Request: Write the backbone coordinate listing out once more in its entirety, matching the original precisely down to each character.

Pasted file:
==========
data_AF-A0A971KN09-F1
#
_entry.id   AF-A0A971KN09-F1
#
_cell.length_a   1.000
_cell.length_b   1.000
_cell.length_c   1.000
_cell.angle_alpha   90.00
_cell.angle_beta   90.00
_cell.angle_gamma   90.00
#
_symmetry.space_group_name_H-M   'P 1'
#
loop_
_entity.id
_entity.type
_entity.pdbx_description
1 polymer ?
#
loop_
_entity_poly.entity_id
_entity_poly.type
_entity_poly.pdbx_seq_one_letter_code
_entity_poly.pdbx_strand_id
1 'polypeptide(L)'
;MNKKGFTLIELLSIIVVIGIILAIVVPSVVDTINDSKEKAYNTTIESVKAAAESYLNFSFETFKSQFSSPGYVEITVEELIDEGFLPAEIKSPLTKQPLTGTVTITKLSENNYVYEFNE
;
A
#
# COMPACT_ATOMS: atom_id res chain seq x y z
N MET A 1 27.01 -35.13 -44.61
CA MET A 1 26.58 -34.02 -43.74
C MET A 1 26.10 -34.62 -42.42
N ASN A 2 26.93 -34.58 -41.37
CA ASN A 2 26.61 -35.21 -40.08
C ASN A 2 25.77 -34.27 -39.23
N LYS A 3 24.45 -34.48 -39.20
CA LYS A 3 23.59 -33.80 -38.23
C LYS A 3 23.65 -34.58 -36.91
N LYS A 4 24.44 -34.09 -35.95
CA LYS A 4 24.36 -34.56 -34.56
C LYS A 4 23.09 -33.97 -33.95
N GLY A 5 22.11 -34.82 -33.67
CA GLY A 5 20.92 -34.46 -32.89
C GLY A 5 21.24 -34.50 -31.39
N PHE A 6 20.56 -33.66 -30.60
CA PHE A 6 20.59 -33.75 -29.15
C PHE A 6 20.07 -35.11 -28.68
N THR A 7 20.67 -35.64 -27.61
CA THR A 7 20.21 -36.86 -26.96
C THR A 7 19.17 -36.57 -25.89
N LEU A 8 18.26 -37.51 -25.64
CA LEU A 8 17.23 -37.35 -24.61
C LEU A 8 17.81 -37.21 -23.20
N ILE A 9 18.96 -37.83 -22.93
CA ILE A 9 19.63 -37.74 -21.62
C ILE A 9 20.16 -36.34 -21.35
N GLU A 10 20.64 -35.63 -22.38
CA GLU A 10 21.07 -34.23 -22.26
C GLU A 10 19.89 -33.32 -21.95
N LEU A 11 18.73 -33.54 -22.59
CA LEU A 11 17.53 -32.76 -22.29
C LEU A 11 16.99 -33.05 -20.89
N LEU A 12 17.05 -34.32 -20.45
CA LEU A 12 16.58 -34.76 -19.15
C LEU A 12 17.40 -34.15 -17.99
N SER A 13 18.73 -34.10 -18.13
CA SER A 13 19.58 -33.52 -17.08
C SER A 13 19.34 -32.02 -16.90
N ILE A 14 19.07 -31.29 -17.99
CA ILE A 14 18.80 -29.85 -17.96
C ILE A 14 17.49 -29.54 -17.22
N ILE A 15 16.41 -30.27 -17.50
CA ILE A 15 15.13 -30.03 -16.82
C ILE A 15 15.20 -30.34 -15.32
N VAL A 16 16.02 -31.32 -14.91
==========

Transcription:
data_AF-A0A971KN09-F1
#
_entry.id   AF-A0A971KN09-F1
#
_cell.length_a   1.000
_cell.length_b   1.000
_cell.length_c   1.000
_cell.angle_alpha   90.00
_cell.angle_beta   90.00
_cell.angle_gamma   90.00
#
_symmetry.space_group_name_H-M   'P 1'
#
loop_
_entity.id
_entity.type
_entity.pdbx_description
1 polymer ?
#
loop_
_entity_poly.entity_id
_entity_poly.type
_entity_poly.pdbx_seq_one_letter_code
_entity_poly.pdbx_strand_id
1 'polypeptide(L)'
;MNKKGFTLIELLSIIVVIGIILAIVVPSVVDTINDSKEKAYNTTIESVKAAAESYLNFSFETFKSQFSSPGYVEITVEELIDEGFLPAEIKSPLTKQPLTGTVTITKLSENNYVYEFNE
;
A
#
# COMPACT_ATOMS: atom_id res chain seq x y z
N MET A 1 27.01 -35.13 -44.61
CA MET A 1 26.58 -34.02 -43.74
C MET A 1 26.10 -34.62 -42.42
N ASN A 2 26.93 -34.58 -41.37
CA ASN A 2 26.61 -35.21 -40.08
C ASN A 2 25.77 -34.27 -39.23
N LYS A 3 24.45 -34.48 -39.20
CA LYS A 3 23.59 -33.80 -38.23
C LYS A 3 23.65 -34.58 -36.91
N LYS A 4 24.44 -34.09 -35.95
CA LYS A 4 24.36 -34.56 -34.56
C LYS A 4 23.09 -33.97 -33.95
N GLY A 5 22.11 -34.82 -33.67
CA GLY A 5 20.92 -34.46 -32.89
C GLY A 5 21.24 -34.50 -31.39
N PHE A 6 20.56 -33.66 -30.60
CA PHE A 6 20.59 -33.75 -29.15
C PHE A 6 20.07 -35.11 -28.68
N THR A 7 20.67 -35.64 -27.61
CA THR A 7 20.21 -36.86 -26.96
C THR A 7 19.17 -36.57 -25.89
N LEU A 8 18.26 -37.51 -25.64
CA LEU A 8 17.23 -37.35 -24.61
C LEU A 8 17.81 -37.21 -23.20
N ILE A 9 18.96 -37.83 -22.93
CA ILE A 9 19.63 -37.74 -21.62
C ILE A 9 20.16 -36.34 -21.35
N GLU A 10 20.64 -35.63 -22.38
CA GLU A 10 21.07 -34.23 -22.26
C GLU A 10 19.89 -33.32 -21.95
N LEU A 11 18.73 -33.54 -22.59
CA LEU A 11 17.53 -32.76 -22.29
C LEU A 11 16.99 -33.05 -20.89
N LEU A 12 17.05 -34.32 -20.45
CA LEU A 12 16.58 -34.76 -19.15
C LEU A 12 17.40 -34.15 -17.99
N SER A 13 18.73 -34.10 -18.13
CA SER A 13 19.58 -33.52 -17.08
C SER A 13 19.34 -32.02 -16.90
N ILE A 14 19.07 -31.29 -17.99
CA ILE A 14 18.80 -29.85 -17.96
C ILE A 14 17.49 -29.54 -17.22
N ILE A 15 16.41 -30.27 -17.50
CA ILE A 15 15.13 -30.03 -16.82
C ILE A 15 15.20 -30.34 -15.32
N VAL A 16 16.02 -31.32 -14.91